The season is a marathon, not a sprint. Though cliché, this phrase used to describe each baseball season couldn’t be truer.
The fresh excitement of the new season gave way to the dog days and monotony of summer baseball. Summer has given way to fall, leaving us once again with meaningful baseball.
Think back to the beginning of April. Almost six months later, here we are. The finish line is not just in sight, it is staring us in the face. 160 games in, only 2 games left. This track meet is on its final leg.
While many teams, including our own beloved Seattle Mariners, will not so much as sniff postseason baseball, some races have yet to be settled. The Atlanta Braves and Boston Red Sox have both watched substantial wild card leads dwindle to nothing as the months of baseball now culminate in a mad dash for the finish line. I’ll offer a helpful suggestion: it is time to sprint.
While I do believe both the Braves and Red Sox will reach the playoffs by the skin of their clenched teeth, I cannot see either team making much of a push come October. While no one can deny the power these teams possess, they both have lost their luster in the pitching department.
Pitching is the golden ticket when it comes to autumn baseball. That’s how the San Francisco Giants rocked the baseball world last Oct., upsetting the power-hitting Rangers in the World Series behind the arms of Tim Lincecum and Matt Cain.
That bandwagon has since crashed back down to Earth, but feel free to hop on the one heading out of Milwaukee. Originally the Seattle Pilots, the Milwaukee Brewers are another small-market team looking to make a splash this season.
With polarizing characters like Prince Fielder and Ryan Braun, the Brewers might just be the fun-to-watch underdog protagonists as the 2011 version of the fall classic unfolds.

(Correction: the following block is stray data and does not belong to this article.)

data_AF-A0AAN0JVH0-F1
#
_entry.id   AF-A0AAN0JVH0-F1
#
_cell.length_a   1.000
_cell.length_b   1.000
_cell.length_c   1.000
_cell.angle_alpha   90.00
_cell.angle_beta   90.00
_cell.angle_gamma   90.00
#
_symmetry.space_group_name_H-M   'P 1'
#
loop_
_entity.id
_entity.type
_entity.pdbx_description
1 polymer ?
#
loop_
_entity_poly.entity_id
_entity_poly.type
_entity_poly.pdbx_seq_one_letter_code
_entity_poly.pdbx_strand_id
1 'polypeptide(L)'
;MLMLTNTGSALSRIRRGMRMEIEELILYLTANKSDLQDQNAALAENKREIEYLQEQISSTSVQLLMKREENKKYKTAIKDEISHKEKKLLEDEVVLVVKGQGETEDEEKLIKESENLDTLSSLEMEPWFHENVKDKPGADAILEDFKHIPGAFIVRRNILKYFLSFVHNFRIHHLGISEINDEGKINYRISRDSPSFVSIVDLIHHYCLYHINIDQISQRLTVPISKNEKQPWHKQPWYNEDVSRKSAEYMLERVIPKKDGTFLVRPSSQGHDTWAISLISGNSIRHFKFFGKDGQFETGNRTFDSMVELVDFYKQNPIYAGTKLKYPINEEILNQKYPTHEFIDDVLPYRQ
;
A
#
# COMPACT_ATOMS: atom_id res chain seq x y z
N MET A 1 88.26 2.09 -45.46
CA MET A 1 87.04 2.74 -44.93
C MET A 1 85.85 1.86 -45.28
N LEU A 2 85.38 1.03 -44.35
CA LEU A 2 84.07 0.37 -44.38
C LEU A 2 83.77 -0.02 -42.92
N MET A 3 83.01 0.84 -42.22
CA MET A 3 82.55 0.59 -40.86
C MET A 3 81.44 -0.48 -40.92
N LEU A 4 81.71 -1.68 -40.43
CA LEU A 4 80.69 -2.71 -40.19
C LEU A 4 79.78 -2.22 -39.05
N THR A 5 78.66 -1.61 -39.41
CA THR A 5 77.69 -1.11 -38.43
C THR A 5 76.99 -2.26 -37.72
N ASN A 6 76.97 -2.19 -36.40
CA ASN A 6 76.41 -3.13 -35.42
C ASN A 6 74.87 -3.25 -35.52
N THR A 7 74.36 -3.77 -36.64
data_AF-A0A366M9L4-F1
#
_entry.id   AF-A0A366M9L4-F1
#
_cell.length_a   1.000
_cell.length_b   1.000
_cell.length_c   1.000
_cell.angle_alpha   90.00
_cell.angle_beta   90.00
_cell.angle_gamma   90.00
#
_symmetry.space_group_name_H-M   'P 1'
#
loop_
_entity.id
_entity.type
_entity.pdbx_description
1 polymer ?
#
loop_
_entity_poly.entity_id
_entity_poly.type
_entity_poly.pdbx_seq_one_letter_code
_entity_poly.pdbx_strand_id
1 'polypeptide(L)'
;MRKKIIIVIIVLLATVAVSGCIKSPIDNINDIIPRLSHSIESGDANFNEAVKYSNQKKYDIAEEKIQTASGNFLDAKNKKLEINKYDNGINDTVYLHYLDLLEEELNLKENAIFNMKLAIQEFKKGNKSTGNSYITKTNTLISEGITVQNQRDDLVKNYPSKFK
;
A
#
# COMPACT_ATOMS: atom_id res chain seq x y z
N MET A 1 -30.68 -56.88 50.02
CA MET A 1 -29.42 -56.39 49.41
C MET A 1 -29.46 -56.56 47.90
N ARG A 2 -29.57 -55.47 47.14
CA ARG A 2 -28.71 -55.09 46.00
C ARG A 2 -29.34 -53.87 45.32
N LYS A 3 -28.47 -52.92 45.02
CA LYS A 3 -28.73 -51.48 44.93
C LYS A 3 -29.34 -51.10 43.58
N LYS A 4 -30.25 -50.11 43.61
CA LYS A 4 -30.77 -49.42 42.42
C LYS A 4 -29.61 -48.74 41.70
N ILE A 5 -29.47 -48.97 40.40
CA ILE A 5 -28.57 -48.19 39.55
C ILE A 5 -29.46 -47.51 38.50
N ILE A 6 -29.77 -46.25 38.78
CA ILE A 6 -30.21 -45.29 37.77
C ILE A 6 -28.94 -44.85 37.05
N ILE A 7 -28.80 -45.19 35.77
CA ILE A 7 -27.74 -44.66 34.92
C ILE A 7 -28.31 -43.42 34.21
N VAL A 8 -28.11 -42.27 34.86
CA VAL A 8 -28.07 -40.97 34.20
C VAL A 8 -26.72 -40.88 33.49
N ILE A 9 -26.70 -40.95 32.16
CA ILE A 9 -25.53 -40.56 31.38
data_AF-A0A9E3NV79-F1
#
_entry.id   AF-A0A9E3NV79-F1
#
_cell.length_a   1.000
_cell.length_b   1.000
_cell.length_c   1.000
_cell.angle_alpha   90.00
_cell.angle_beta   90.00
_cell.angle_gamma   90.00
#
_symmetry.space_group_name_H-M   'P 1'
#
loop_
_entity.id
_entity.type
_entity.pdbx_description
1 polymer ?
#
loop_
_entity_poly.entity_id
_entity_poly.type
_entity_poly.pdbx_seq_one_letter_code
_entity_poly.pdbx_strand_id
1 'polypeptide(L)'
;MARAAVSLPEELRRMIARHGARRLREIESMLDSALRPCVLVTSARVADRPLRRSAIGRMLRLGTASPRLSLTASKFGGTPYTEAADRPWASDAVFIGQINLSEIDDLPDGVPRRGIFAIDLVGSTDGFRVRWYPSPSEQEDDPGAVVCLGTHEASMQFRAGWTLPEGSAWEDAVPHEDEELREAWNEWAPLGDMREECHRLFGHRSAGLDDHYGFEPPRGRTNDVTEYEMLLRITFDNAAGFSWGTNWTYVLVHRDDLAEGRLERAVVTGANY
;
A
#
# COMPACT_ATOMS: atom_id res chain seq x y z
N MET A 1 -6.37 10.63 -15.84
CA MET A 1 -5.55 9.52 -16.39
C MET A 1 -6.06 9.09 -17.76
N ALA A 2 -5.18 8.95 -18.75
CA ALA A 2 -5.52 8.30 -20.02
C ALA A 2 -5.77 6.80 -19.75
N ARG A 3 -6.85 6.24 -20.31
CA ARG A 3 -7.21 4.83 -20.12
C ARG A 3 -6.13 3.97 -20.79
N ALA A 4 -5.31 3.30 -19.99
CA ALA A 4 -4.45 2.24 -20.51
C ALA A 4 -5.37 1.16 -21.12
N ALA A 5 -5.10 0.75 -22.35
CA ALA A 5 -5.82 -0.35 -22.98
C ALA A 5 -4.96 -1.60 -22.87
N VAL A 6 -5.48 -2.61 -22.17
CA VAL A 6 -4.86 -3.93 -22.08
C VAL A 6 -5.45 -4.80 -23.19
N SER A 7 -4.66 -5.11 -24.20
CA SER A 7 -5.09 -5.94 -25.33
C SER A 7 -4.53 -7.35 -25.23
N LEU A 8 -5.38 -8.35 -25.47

After finishing 14 games back in the NL Central last season, the “Brew Crew” find themselves coasting into the playoffs 6 games ahead of the Cardinals and the second-best record in the National League.
Look for Detroit to make a similar splash in the American League this fall. Like Milwaukee, the Tigers possess a lethal combination of pitching and power. Justin Verlander is about as solid as aces get, with Doug Fister (a guy many Mariners fans surely remember) taking the reins as the No. 4 starter in Detroit. While many scoff at the idea of Fister as a reliable playoff caliber arm, consider the fact that he’s gone 7-1 with a 2.02 ERA since being traded from the Mariners in July.
It will take a lot to get by perennial power house teams like the Philadelphia Phillies in the NL and New York Yankees in the AL. Come October, I will surely be rooting for sleepers like Detroit and Milwaukee.
Drama unfolds each fall; much of it can be attributed to sleeper teams like these. We will surely find out soon who will dawn baseball’s crown. Postseason baseball is near folks. The sprint is officially on.